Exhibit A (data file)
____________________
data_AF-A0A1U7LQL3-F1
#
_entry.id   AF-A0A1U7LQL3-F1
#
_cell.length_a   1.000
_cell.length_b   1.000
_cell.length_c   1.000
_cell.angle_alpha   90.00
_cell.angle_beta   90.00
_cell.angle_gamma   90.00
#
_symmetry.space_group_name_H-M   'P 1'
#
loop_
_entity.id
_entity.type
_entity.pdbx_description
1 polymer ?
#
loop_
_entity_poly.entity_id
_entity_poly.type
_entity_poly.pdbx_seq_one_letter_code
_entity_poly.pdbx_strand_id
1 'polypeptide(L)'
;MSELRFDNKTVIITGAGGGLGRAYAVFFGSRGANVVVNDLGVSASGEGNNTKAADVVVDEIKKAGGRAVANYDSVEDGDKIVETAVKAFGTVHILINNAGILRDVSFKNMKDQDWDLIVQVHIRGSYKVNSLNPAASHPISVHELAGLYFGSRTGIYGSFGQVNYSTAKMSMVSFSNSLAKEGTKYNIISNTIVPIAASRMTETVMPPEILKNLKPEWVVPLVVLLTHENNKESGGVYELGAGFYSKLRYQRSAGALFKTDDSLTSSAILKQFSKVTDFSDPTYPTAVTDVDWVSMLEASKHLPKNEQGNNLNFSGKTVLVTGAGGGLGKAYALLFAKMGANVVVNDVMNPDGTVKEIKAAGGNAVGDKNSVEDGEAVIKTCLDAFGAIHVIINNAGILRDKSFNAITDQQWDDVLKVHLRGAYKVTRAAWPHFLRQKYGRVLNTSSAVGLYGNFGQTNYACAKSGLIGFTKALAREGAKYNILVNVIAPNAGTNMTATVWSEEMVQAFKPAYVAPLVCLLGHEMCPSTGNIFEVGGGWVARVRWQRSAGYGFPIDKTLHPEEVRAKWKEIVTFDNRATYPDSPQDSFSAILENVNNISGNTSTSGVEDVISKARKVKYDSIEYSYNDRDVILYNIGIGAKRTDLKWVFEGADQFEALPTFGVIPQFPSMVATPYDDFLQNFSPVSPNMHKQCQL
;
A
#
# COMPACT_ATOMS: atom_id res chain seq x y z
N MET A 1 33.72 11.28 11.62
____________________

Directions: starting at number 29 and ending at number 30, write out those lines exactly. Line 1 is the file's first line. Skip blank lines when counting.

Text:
#
# COMPACT_ATOMS: atom_id res chain seq x y z